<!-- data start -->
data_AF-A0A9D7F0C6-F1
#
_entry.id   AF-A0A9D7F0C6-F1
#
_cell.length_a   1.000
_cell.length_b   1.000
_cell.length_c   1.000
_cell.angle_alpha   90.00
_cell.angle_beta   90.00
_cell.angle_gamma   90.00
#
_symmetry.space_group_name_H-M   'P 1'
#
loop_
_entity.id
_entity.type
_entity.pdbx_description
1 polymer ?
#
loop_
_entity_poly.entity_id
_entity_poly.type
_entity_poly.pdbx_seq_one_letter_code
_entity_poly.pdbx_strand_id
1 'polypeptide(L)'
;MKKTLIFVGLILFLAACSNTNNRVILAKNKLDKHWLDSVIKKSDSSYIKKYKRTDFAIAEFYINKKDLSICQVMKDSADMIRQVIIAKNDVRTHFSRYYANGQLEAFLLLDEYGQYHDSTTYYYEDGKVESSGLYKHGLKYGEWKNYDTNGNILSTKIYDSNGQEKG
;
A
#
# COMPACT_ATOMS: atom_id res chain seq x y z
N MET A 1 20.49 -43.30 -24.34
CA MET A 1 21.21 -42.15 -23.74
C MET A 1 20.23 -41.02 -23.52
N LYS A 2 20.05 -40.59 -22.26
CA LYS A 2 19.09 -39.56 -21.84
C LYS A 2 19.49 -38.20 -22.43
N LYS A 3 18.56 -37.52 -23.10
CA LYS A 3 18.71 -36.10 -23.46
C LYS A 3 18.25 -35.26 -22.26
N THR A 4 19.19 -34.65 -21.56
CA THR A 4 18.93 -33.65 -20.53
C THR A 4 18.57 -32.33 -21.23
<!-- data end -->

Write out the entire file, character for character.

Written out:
data_AF-A0A9D7F0C6-F1
#
_entry.id   AF-A0A9D7F0C6-F1
#
_cell.length_a   1.000
_cell.length_b   1.000
_cell.length_c   1.000
_cell.angle_alpha   90.00
_cell.angle_beta   90.00
_cell.angle_gamma   90.00
#
_symmetry.space_group_name_H-M   'P 1'
#
loop_
_entity.id
_entity.type
_entity.pdbx_description
1 polymer ?
#
loop_
_entity_poly.entity_id
_entity_poly.type
_entity_poly.pdbx_seq_one_letter_code
_entity_poly.pdbx_strand_id
1 'polypeptide(L)'
;MKKTLIFVGLILFLAACSNTNNRVILAKNKLDKHWLDSVIKKSDSSYIKKYKRTDFAIAEFYINKKDLSICQVMKDSADMIRQVIIAKNDVRTHFSRYYANGQLEAFLLLDEYGQYHDSTTYYYEDGKVESSGLYKHGLKYGEWKNYDTNGNILSTKIYDSNGQEKG
;
A
#
# COMPACT_ATOMS: atom_id res chain seq x y z
N MET A 1 20.49 -43.30 -24.34
CA MET A 1 21.21 -42.15 -23.74
C MET A 1 20.23 -41.02 -23.52
N LYS A 2 20.05 -40.59 -22.26
CA LYS A 2 19.09 -39.56 -21.84
C LYS A 2 19.49 -38.20 -22.43
N LYS A 3 18.56 -37.52 -23.10
CA LYS A 3 18.71 -36.10 -23.46
C LYS A 3 18.25 -35.26 -22.26
N THR A 4 19.19 -34.65 -21.56
CA THR A 4 18.93 -33.65 -20.53
C THR A 4 18.57 -32.33 -21.23